The international golfers at this week’s U.S. Open in Bethesda, Maryland, will be watching for two-time champion Retief Goosen on the leaderboard. Their lawyers will be studying Goosen’s U.S. Tax Court decision.
The South African native challenged the Internal Revenue Service’s analysis of the endorsement income he earned from such companies as Electronic Arts Inc. (ERTS), Adidas AG (ADS) and Rolex Group. The case will affect golfers, tennis players and pop stars from around the world who tour in the U.S., license their images for advertising and hawk perfumes, cars, and jewelry.
The June 9 case provides the first clear judicial guidelines for how such endorsement income should be taxed, and it focused on how much Goosen earned because of his image and how much he earned based on his performance. It’s also a reminder that the IRS is paying attention to how high-profile performers earn money, said Lucy Lee, an attorney at Caplin & Drysdale in Washington.
“They’re watching what clubs are being used, what logo’s being displayed on the bags, the uniforms, and they’re taking notes,” said Lee, whose clients include female Korean golfers.
The court issued a mixed decision in Goosen’s case, resolving some issues in the golfer’s favor and deciding some questions the way the government wanted. It’s unclear from the decision how much money, if any, Goosen will owe the IRS.
‘Flash’ Over ‘Cool’
The biggest near-term effect of the Goosen case will be felt by fellow golfer Sergio Garcia, who has a similar case pending in Tax Court and is also playing in this week’s U.S. Open tournament at Congressional Country Club. In her opinion, Tax Court judge Diane Kroupa compared Goosen with Garcia, noting that endorsers valued Garcia’s “flash, looks and maverick personality” over Goosen’s “cool, ‘Iceman’ demeanor,” despite Goosen’s better on-course record. Robert Hudson, a partner at Baker & McKenzie LLP in Miami and one of Garcia’s attorneys, declined to comment.
The distinction between image and performance matters for tax purposes because royalty income derived from an athlete’s image is typically taxed more lightly under tax treaties than “personal services income.” Such income is subject to the regular U.S. tax rates, which top out at 35 percent.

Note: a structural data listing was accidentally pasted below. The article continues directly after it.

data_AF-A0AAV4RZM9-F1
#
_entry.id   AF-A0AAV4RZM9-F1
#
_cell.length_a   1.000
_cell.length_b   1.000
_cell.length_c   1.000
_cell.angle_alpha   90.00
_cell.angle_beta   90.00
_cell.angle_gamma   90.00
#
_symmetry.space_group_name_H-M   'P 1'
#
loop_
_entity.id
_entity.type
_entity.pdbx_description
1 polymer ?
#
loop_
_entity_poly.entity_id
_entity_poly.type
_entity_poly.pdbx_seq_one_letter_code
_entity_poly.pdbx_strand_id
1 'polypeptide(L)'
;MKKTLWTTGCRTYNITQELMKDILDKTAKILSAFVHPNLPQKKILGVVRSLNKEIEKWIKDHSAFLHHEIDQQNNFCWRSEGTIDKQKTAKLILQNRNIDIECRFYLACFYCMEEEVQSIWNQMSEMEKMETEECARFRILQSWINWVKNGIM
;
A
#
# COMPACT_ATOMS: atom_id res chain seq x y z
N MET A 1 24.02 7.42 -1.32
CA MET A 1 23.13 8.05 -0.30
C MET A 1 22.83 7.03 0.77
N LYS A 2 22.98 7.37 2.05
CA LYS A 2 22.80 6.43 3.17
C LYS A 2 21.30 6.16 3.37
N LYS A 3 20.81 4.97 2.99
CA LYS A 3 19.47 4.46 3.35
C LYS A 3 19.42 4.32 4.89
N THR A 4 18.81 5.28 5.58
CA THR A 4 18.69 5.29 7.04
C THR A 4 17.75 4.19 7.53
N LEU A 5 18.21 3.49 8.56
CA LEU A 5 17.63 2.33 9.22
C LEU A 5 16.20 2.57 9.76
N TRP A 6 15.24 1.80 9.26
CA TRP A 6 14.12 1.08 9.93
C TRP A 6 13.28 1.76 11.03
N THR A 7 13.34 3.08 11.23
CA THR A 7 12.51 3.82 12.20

Goosen’s endorsers included Adidas, which makes TaylorMade golf clubs, and Acushnet Co., the maker of Titleist golf balls, which is being sold by Fortune Brands Inc. (FO) He also had off- course endorsement agreements with Rolex, video-game maker Electronic Arts and Upper Deck Co., a maker of trading cards.
The TaylorMade contract included a base endorsement fee of $400,000 a year, plus bonuses based on tournament victories and international rankings. To receive the base fee, Goosen had to play in at least 20 PGA Tour events and 11 European Tour events, according to the court ruling.
Personal Services Income
When he filed his tax returns for 2002 and 2003, the years in between his two U.S. Open victories, Goosen had contended that his on-course endorsement income was half royalty and half personal services. The IRS said it all should have been considered personal services income because Goosen was required to play in golf tournaments and use the companies’ products, and determined that Goosen owed the government $164,698 for the two years in question.
Kroupa examined the contracts, which included elements that made them appear to be royalties and other elements that made them appear to be payments for golf performance. For example, Goosen’s contract with Acushnet allowed the company to use his name and picture on advertisements for Titleist golf balls and gloves. It also required him to use the company’s equipment in tournaments and perform public relations work for the company.
The Tax Court judge ruled that the on-course endorsements should be treated as half royalty income and half personal services income, rather than determining that all of the income derives from his golf performance.
The judge ruled against Goosen by determining that he should have treated more of his income as having been earned in the U.S.
Matthew Kadish, one of Goosen’s tax lawyers, said the case provides guidance on how to determine royalty income.
“It does establish that the publicity rights are a separately licensable intangible, and that it’s not all golf income based upon the facts,” said Kadish, a partner at Cleveland-based Kadish, Hinkel & Weibel.
Other athletes and entertainers should view the case as a guide for how to structure endorsement agreements and how to anticipate the IRS’s strategy, said Tony Nitti, a partner at the accounting firm of WithumSmith & Brown in Aspen, Colorado.
“Entertainers, athletes, nonresidents -- they’ve been waiting for something like this,” said Nitti, whose clients include entertainers who sell the rights to their likeness.
Nitti said Garcia, who is disputing $1.7 million in taxes related to endorsements, would benefit from the Goosen precedent that treats on-course endorsements partly as royalty income.
Little Wiggle Room
The court’s analysis of where Goosen earned his income, which relied on the U.S. share of Upper Deck’s trading card sales and Electronic Arts’ video game sales, doesn’t leave much room for argument with the IRS, Nitti said.
“That’s really the thing that comes out of this case that should scare some people,” he said.
The IRS has a team that focuses on overseas athletes and entertainers, and that group remains active, Lee said.
“These individuals and those associated with arranging their appearances in the U.S. and managing their financial affairs are typically high-income individuals,” says a page on the IRS web site explaining the program. “Because of this, it is important to ensure proper tax reporting and payment.”
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